Integration application creator design

- ServiceNow, Inc.

Application generation and integration application generation methods are disclosed. An application generation function includes automatically providing a set of software artifacts to an application developer that may be used as an aid to providing an application with augmented capabilities for an end-user. The augmented capabilities configured to adhere to certain rules regarding certification criteria and requirements of a multi-tenant cloud infrastructure. Generated applications and plug-in capabilities may further be required to meet certification criteria applicable to an application store hosted within a cloud infrastructure.

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Description

TECHNICAL FIELD

Embodiments described herein generally relate to cloud computing and in particular disclosed embodiments allow for creating, using code generation techniques, applications that integrate between applications of different providers and are in conformance with certification criteria as may be required for an application store.

BACKGROUND ART

Cloud computing relates to the sharing of computing resources that are generally accessed via the Internet. In particular, cloud computing infrastructure allows users to access a shared pool of computing resources, such as servers, storage devices, networks, applications, and/or other computing based services. By doing so, users, such as individuals and/or enterprises, are able to access computing resources on demand that are located at remote locations in order to perform a variety computing functions that include storing and/or processing computing data. For enterprise and other organization users, cloud computing provides flexibility in accessing cloud computing resources without accruing up-front costs, such as purchasing network equipment, and investing time in establishing a private network infrastructure. Instead, by utilizing cloud computing resources, users are able redirect their resources to focus on core business functions.

In today's communication networks, examples of cloud computing services a user may utilize include software as a service (SaaS) and platform as a service (PaaS) technologies. SaaS is a delivery model that provides software as a service rather than an end product. Instead of utilizing local network or individual software installations, software is typically licensed on a subscription basis, hosted on a remote machine, and accessed as needed. For example, users are generally able to access a variety of business and/or information technology (IT) related software via a web browser. PaaS acts as an extension of SaaS that goes beyond providing software services by offering customizability and expandability features to meet a user's needs. For example, PaaS can provide a cloud based developmental platform for users to develop, modify, and/or customize applications and/or automating business operations without maintaining network infrastructure and/or allocating computing resources normally associated with these functions.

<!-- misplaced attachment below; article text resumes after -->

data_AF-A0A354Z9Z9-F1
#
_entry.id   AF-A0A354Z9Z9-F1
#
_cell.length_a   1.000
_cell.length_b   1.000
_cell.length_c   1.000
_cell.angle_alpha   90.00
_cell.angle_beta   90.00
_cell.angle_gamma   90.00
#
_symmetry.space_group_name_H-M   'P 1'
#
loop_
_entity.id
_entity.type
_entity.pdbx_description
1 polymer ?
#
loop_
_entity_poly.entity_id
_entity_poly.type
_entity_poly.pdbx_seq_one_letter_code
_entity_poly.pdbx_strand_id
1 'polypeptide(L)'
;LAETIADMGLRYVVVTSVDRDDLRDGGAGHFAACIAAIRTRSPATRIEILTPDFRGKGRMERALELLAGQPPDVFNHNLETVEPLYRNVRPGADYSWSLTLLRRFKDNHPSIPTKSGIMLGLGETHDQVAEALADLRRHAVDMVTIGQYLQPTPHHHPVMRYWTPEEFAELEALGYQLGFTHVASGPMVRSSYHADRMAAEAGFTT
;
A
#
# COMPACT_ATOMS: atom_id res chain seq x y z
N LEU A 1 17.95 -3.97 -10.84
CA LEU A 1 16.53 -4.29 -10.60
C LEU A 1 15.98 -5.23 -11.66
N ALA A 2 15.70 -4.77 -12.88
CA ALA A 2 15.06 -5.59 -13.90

Within the context of automating business, IT, and/or other organization-related functions (e.g., incident tracking (help desk)), PaaS often provides users an array of tools to implement complex behaviors, such as business rules, scheduled jobs, events, and scripts, to build automated processes and to integrate with third party systems. Although the tools for a PaaS generally offer users a rich set of facilities for building automated processes for various business, IT, and/or other organization-related functions, users typically have a desire to integrate application suites from different vendors to perform an automated process. In some examples, legacy systems are integrated with newer systems to provide a transition path forward without having to replace all systems at the same time. These integration capabilities may be provided by customized scripts but may also be provided by a partner to one or both of the original application providers. In some cases, the provider of the integration is not directly related to either original application provider. The integration provider may address a need for a single or a small set of customers that desire capability not available in the standard offering. As such, continually improving the technology of developmental platforms that simplify the process for partners to make available added value integrations, plug-ins, or augmented applications remains valuable in enhancing clouding computing services.